What are the differences between var, let, and const

December 02, 2021

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In JavaScript, we can declare variables and optionally assign them values:

// declaring a variable with `var` keyword
var name;

// Declaring a variable and assigning a value
var name = "John";

Historically, var was the only way to assign a variable, with let / const introduced later as part of the ECMAScript 2015 (6th).

The var declaration has some confusing properties when it comes to scope. On the other hand, const and let have cleaner scoping rules and usually should be preferred.

Let's see how they differ.

Variables declared with var have a so-called "function-level scoping". They are accessible to any code within the same functions.

function testScope() {
  var v = 123;
  console.log(v); //=> 123
}
console.log(v); //=> Uncaught ReferenceError: v is not defined

When used outside of any function, it will assign values to the global scope. That means it will be accessible globally in any part of the code and available on the global object (e.g., window.myVar).

Note that polluting global scope should be avoided (see the next question for details).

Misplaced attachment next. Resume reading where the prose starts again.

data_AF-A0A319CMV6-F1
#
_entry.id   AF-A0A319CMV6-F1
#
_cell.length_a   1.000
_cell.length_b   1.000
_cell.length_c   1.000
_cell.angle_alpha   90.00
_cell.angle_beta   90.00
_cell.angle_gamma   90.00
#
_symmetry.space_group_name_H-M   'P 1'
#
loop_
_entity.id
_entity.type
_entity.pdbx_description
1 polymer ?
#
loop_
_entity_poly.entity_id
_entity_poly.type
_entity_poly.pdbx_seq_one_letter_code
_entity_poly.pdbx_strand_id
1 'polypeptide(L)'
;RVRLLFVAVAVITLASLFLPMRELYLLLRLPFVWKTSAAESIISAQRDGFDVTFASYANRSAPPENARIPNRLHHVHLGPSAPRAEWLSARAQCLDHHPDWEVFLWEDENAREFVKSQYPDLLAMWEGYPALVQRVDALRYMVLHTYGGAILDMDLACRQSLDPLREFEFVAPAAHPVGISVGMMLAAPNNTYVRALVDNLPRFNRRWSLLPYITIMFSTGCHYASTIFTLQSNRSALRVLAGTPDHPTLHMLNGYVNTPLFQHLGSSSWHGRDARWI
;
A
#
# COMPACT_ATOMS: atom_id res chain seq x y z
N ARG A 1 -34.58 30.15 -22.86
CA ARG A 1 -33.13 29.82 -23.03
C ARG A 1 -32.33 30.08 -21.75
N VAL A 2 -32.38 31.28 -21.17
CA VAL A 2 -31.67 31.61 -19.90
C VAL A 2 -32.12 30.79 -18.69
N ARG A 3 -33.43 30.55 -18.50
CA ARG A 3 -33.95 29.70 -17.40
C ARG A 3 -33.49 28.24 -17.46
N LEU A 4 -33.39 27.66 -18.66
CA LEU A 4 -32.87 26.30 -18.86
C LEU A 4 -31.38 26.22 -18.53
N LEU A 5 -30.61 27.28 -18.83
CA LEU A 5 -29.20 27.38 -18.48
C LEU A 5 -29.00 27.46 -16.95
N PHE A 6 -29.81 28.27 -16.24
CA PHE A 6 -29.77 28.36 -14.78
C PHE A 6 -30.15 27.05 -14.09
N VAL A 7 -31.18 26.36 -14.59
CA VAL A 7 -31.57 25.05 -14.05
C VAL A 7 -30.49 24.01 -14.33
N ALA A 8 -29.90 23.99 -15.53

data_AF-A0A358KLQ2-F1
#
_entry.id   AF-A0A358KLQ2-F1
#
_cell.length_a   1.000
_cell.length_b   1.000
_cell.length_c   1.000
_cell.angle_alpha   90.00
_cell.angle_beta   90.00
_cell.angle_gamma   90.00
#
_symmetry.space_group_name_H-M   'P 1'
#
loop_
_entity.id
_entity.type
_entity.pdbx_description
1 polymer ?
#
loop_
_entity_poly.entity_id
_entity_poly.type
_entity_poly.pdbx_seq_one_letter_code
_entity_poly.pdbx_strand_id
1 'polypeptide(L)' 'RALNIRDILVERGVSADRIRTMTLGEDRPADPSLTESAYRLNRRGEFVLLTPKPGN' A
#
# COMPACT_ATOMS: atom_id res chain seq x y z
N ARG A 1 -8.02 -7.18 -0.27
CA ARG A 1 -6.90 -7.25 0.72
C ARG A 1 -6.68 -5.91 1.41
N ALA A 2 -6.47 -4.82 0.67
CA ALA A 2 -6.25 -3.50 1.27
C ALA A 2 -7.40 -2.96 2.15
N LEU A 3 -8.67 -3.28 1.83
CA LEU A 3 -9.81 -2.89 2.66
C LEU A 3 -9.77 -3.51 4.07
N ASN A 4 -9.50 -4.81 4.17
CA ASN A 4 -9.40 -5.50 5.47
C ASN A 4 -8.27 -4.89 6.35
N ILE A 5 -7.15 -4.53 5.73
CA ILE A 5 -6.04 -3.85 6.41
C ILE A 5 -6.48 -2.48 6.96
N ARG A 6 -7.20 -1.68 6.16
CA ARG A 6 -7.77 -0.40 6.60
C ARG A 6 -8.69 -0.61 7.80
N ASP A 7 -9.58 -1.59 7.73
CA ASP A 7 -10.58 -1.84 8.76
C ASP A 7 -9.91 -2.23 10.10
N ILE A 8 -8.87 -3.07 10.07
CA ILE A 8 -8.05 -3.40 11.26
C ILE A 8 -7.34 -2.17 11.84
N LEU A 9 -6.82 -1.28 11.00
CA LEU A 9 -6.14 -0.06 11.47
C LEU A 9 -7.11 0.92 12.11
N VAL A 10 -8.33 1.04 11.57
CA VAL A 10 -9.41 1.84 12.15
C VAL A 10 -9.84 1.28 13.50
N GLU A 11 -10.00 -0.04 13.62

Functional scoping is opposed to block scoping when a variable is only visible within a block (that is, within curly braces { / }). The let and const keywords declare variables with block scope.

Compare,

if (true) {
  var name = "Emma";
  let surname = "Stone";
}

console.log("name", name);
console.log("surname", surname); // ReferenceError: surname is not defined

Block-scoping is useful because it allows variables to only be visible within a block, thus preventing possible errors with overlapping variable names.

const works similar to let in terms of scoping. A difference between those two is that the format prevents re-assigning. You can only assign a value to that variable once, and it must be done at the time of declaration.

const age = 123;
age = 321; // TypeError: Assignment to constant variable.

let name = "John";
name = "Alex"; // No problem here

It's important to note that const prevents re-assignment, but it doesn't make an object immutable.

const person = { name: "John" };
person.name = "Anna"; // perfectly valid

In practice, it's good to always default to const. If you know that you'll need to re-assign the variable sooner, use let. Avoid using var (unless you specifically mean "function-level" scoping).

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